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South Pacific Ocean Gyre holds massive garbage patch


Hailey Montgomery
Digital Reporter

Friday, July 28, 2017, 5:10 PM - A team of research oceanographers are currently analyzing the contents of a large patch of plastic garbage floating in the Pacific Ocean – and it is not the first discovery of its kind.

Algalita Marine Research and Education, lead by oceanographer and founder Captain Charles Moore,  was first to discover what is widely known as the Great Pacific Garbage Patch in the North Pacific Ocean.

Moore, who holds an honourary PhD from Kamloops' Thompson Rivers University,  and Algalita have confirmed the existence of another, aptly named the South Pacific Garbage Patch. Near the coast of Chile and Easter Island, it is an enormous accumulation of countless pieces of small, plastic debris, which, he tells research gate, could be more than a million square kilometres in size.

They made the discovery within the South Pacfic Subtropical Gyre - a large circular system of currents, which has the potential to trap ocean garbage and debris. There are five main gyres in the world's oceans, each containing plastic and garbage. 

During a six month research expedition beginning in California and spanning to the southern Hemisphere, the researchers hoped to learn more about the degree of ocean pollution in the ocean and its affect on the natural world. Chief among multiple concerns was the issue of the fate of the the Lanternfish, a species which makes up over half of the volume of living organisms in the ocean's ecosystem. Agalita reports that over 35% of south Pacific Lanternfish have consumed plastic, containing chemical compounds that they cannot digest. This is also a concern for humans, as the fish serve as prey to commercially farmed tuna and salmon.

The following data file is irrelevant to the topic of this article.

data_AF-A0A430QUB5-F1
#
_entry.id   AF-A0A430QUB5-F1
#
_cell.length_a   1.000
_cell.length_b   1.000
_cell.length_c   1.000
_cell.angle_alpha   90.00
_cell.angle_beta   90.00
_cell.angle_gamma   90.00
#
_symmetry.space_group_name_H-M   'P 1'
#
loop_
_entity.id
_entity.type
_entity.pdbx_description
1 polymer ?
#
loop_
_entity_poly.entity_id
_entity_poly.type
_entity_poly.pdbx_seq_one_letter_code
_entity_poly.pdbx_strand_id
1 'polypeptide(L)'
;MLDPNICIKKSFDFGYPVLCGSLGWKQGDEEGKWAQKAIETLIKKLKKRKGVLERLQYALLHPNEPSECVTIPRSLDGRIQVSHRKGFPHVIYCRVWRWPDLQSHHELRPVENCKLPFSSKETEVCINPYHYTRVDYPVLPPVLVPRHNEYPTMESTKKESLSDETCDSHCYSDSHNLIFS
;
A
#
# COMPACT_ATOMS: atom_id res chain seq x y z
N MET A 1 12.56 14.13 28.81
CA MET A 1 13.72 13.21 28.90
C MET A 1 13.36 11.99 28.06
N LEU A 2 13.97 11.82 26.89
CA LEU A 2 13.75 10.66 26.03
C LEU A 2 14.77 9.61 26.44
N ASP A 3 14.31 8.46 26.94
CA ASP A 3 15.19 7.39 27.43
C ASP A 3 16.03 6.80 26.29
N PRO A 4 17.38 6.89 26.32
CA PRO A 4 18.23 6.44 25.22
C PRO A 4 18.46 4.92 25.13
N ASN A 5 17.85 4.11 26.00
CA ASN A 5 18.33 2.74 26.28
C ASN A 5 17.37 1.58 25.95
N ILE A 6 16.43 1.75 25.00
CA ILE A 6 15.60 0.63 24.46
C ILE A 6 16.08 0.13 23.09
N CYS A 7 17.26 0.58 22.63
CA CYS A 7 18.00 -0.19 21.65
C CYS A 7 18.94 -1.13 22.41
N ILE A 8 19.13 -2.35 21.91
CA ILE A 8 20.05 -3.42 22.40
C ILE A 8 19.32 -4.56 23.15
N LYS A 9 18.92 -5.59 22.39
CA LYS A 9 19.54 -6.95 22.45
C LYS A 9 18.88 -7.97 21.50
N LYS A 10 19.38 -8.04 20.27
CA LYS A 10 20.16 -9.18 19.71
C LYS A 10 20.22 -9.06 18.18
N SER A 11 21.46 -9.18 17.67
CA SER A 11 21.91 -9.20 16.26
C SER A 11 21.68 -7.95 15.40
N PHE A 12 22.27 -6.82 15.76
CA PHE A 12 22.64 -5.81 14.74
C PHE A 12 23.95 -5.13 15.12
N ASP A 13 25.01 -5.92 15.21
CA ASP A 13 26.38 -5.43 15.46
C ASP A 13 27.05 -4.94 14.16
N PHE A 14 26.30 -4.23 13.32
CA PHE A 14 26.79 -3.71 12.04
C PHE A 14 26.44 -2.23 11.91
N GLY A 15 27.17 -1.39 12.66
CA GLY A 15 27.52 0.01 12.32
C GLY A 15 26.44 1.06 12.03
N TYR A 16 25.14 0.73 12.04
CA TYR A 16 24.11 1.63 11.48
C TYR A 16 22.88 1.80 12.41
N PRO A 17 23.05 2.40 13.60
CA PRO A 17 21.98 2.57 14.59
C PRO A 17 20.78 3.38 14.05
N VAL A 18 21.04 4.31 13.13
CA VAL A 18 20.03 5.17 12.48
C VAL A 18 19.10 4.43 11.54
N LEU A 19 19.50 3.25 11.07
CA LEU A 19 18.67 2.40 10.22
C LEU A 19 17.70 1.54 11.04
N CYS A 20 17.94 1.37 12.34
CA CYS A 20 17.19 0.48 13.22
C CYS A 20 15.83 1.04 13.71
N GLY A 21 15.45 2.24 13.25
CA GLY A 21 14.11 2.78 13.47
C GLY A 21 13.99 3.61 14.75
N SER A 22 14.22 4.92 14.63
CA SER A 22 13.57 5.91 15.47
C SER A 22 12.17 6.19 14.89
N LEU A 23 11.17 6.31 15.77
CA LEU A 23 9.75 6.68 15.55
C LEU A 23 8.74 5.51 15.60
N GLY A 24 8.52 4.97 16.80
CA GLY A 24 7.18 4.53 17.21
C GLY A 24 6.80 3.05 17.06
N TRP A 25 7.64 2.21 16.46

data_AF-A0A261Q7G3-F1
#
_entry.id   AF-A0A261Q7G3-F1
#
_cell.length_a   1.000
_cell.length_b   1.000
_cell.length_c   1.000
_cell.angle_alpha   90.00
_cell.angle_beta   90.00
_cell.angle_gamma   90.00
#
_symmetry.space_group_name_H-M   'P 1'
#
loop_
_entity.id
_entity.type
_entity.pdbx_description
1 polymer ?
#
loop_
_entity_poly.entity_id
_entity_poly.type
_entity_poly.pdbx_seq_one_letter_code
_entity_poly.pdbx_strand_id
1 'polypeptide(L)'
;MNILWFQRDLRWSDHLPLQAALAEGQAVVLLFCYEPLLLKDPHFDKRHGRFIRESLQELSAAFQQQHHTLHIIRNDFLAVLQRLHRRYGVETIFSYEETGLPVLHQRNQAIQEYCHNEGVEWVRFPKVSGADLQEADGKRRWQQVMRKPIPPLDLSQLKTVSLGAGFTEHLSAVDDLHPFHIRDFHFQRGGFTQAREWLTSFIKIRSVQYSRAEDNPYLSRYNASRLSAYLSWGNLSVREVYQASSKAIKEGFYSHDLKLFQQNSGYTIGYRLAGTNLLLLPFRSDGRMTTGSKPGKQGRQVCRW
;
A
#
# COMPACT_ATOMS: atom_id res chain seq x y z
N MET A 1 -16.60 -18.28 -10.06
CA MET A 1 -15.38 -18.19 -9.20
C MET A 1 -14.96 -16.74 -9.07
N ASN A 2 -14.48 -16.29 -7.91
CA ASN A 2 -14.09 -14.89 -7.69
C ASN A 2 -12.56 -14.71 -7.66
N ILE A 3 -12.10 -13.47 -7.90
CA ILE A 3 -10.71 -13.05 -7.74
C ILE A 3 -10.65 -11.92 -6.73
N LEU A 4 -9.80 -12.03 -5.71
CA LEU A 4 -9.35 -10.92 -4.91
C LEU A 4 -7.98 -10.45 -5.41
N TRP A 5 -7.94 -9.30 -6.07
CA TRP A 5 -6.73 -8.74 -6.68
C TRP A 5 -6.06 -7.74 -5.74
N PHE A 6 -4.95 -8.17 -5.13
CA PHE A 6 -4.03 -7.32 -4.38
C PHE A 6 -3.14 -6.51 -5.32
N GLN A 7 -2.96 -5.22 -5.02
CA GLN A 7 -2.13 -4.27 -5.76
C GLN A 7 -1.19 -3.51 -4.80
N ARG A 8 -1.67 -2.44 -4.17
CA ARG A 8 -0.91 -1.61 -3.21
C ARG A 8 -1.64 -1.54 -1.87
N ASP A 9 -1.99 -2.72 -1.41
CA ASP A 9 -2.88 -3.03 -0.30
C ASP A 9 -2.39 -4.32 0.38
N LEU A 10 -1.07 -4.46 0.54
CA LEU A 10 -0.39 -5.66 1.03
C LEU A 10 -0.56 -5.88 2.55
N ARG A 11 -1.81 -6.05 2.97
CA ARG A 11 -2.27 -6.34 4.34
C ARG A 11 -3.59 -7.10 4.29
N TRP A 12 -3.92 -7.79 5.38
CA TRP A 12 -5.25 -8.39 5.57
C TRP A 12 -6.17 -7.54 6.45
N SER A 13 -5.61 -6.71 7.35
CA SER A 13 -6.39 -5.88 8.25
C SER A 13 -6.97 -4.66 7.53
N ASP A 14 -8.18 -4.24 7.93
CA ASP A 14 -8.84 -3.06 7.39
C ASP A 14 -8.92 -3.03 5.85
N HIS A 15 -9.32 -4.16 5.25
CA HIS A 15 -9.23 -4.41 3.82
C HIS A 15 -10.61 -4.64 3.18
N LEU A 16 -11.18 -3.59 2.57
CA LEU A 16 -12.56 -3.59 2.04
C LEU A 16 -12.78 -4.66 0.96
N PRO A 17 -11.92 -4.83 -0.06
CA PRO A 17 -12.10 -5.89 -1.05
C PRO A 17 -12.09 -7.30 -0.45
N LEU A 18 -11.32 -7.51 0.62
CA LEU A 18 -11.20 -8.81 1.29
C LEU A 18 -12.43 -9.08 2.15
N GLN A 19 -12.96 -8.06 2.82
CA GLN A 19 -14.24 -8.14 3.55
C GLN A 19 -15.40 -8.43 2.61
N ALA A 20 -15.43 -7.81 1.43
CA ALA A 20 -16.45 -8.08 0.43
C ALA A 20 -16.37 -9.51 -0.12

Agalita also explains that plastic pollution in ocean gyres, which account for 40% of global ocean volume, has killed and/or poisoned various different sea creatures, including whales and turtles.

While it is known that an alarming amount of plastic ends up in our oceans the exact volume is difficult to pin down. A 2015 study published in the journal science estimates that between 4.8 and 12.7 million metric tons of plastic entered our oceans in 2010. 

Plastics are engineered to break down very slowly, which is why they account for a large percentage of the world's landfill waste. A 2017 University of California Santa Barbara study estimates that humans have created about 8.3 billion metric tons of plastic since the large-scale production of plastics in the early 1950s. According to the study’s lead author Roland Geyer, half of all plastics produced become waste after for or fewer years of use.  9 per cent of plastic waste is recycled, and 12 per cent is incinerated, Geyer reports.

This new discovery is reflective of a dramatically increasing industry which seems to be expanding: A 2015 study conducted by Grand Market Research says the market will be worth $645.38 billion U.S. by 2020. 

Below: "Plastic" island: Researchers warn about pollution even in the most distant parts of our oceans

See more photos of the debris below: 

Source: Captain Charles James Moore | Agalita Marine Research and Education | Research Gate | National Geographic | ORMA | [All images courtesy of Captain Charles James Moore and Algalita Marine Research and Education]

WATCH BELOW: Adidas shoe made from ocean garbage



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